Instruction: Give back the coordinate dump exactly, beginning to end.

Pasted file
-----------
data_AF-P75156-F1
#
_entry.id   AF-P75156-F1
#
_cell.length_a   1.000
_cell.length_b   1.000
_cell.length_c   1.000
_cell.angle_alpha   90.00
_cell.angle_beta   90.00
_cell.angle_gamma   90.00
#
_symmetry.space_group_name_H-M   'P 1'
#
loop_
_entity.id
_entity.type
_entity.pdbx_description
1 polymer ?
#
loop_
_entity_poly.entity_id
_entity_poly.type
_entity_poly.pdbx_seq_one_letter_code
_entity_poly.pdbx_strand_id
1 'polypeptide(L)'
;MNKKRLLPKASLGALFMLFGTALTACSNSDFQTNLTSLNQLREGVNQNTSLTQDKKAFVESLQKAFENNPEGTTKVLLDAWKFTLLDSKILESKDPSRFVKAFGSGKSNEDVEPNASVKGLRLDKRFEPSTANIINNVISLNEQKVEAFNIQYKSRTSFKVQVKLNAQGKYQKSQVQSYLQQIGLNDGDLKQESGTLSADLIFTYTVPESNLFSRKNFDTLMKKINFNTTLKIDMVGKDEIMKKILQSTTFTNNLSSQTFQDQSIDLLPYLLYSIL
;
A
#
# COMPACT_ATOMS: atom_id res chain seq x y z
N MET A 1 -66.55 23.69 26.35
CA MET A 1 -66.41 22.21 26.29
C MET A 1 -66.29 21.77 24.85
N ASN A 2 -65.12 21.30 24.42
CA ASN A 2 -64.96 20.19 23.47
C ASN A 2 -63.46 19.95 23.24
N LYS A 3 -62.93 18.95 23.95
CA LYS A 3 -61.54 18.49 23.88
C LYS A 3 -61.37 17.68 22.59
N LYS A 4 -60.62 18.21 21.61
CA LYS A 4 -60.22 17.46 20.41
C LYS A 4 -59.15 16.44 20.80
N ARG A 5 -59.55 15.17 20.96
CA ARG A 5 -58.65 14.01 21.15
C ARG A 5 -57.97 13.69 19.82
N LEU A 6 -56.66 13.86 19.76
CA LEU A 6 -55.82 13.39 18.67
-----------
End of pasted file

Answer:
data_AF-P75156-F1
#
_entry.id   AF-P75156-F1
#
_cell.length_a   1.000
_cell.length_b   1.000
_cell.length_c   1.000
_cell.angle_alpha   90.00
_cell.angle_beta   90.00
_cell.angle_gamma   90.00
#
_symmetry.space_group_name_H-M   'P 1'
#
loop_
_entity.id
_entity.type
_entity.pdbx_description
1 polymer ?
#
loop_
_entity_poly.entity_id
_entity_poly.type
_entity_poly.pdbx_seq_one_letter_code
_entity_poly.pdbx_strand_id
1 'polypeptide(L)'
;MNKKRLLPKASLGALFMLFGTALTACSNSDFQTNLTSLNQLREGVNQNTSLTQDKKAFVESLQKAFENNPEGTTKVLLDAWKFTLLDSKILESKDPSRFVKAFGSGKSNEDVEPNASVKGLRLDKRFEPSTANIINNVISLNEQKVEAFNIQYKSRTSFKVQVKLNAQGKYQKSQVQSYLQQIGLNDGDLKQESGTLSADLIFTYTVPESNLFSRKNFDTLMKKINFNTTLKIDMVGKDEIMKKILQSTTFTNNLSSQTFQDQSIDLLPYLLYSIL
;
A
#
# COMPACT_ATOMS: atom_id res chain seq x y z
N MET A 1 -66.55 23.69 26.35
CA MET A 1 -66.41 22.21 26.29
C MET A 1 -66.29 21.77 24.85
N ASN A 2 -65.12 21.30 24.42
CA ASN A 2 -64.96 20.19 23.47
C ASN A 2 -63.46 19.95 23.24
N LYS A 3 -62.93 18.95 23.95
CA LYS A 3 -61.54 18.49 23.88
C LYS A 3 -61.37 17.68 22.59
N LYS A 4 -60.62 18.21 21.61
CA LYS A 4 -60.22 17.46 20.41
C LYS A 4 -59.15 16.44 20.80
N ARG A 5 -59.55 15.17 20.96
CA ARG A 5 -58.65 14.01 21.15
C ARG A 5 -57.97 13.69 19.82
N LEU A 6 -56.66 13.86 19.76
CA LEU A 6 -55.82 13.39 18.67